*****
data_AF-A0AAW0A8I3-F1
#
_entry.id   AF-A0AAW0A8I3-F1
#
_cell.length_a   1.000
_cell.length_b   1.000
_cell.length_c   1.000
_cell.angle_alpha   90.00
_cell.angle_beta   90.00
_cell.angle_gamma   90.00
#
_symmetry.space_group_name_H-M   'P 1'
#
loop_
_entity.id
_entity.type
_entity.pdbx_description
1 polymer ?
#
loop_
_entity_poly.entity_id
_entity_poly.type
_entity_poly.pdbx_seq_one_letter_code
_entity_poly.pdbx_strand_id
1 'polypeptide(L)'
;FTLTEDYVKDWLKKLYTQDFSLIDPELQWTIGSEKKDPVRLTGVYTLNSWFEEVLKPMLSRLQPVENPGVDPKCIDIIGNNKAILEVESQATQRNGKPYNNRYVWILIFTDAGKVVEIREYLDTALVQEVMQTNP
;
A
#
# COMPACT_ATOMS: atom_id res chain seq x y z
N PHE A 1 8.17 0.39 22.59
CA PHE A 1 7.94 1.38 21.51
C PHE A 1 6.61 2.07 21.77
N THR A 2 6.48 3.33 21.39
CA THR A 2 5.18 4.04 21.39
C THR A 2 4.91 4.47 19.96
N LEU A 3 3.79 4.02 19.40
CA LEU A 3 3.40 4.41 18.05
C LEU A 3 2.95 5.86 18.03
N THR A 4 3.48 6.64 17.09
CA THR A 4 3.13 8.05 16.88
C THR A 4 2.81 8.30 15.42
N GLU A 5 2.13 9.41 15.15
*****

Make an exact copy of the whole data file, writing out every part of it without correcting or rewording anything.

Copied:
data_AF-A0AAW0A8I3-F1
#
_entry.id   AF-A0AAW0A8I3-F1
#
_cell.length_a   1.000
_cell.length_b   1.000
_cell.length_c   1.000
_cell.angle_alpha   90.00
_cell.angle_beta   90.00
_cell.angle_gamma   90.00
#
_symmetry.space_group_name_H-M   'P 1'
#
loop_
_entity.id
_entity.type
_entity.pdbx_description
1 polymer ?
#
loop_
_entity_poly.entity_id
_entity_poly.type
_entity_poly.pdbx_seq_one_letter_code
_entity_poly.pdbx_strand_id
1 'polypeptide(L)'
;FTLTEDYVKDWLKKLYTQDFSLIDPELQWTIGSEKKDPVRLTGVYTLNSWFEEVLKPMLSRLQPVENPGVDPKCIDIIGNNKAILEVESQATQRNGKPYNNRYVWILIFTDAGKVVEIREYLDTALVQEVMQTNP
;
A
#
# COMPACT_ATOMS: atom_id res chain seq x y z
N PHE A 1 8.17 0.39 22.59
CA PHE A 1 7.94 1.38 21.51
C PHE A 1 6.61 2.07 21.77
N THR A 2 6.48 3.33 21.39
CA THR A 2 5.18 4.04 21.39
C THR A 2 4.91 4.47 19.96
N LEU A 3 3.79 4.02 19.40
CA LEU A 3 3.40 4.41 18.05
C LEU A 3 2.95 5.86 18.03
N THR A 4 3.48 6.64 17.09
CA THR A 4 3.13 8.05 16.88
C THR A 4 2.81 8.30 15.42
N GLU A 5 2.13 9.41 15.15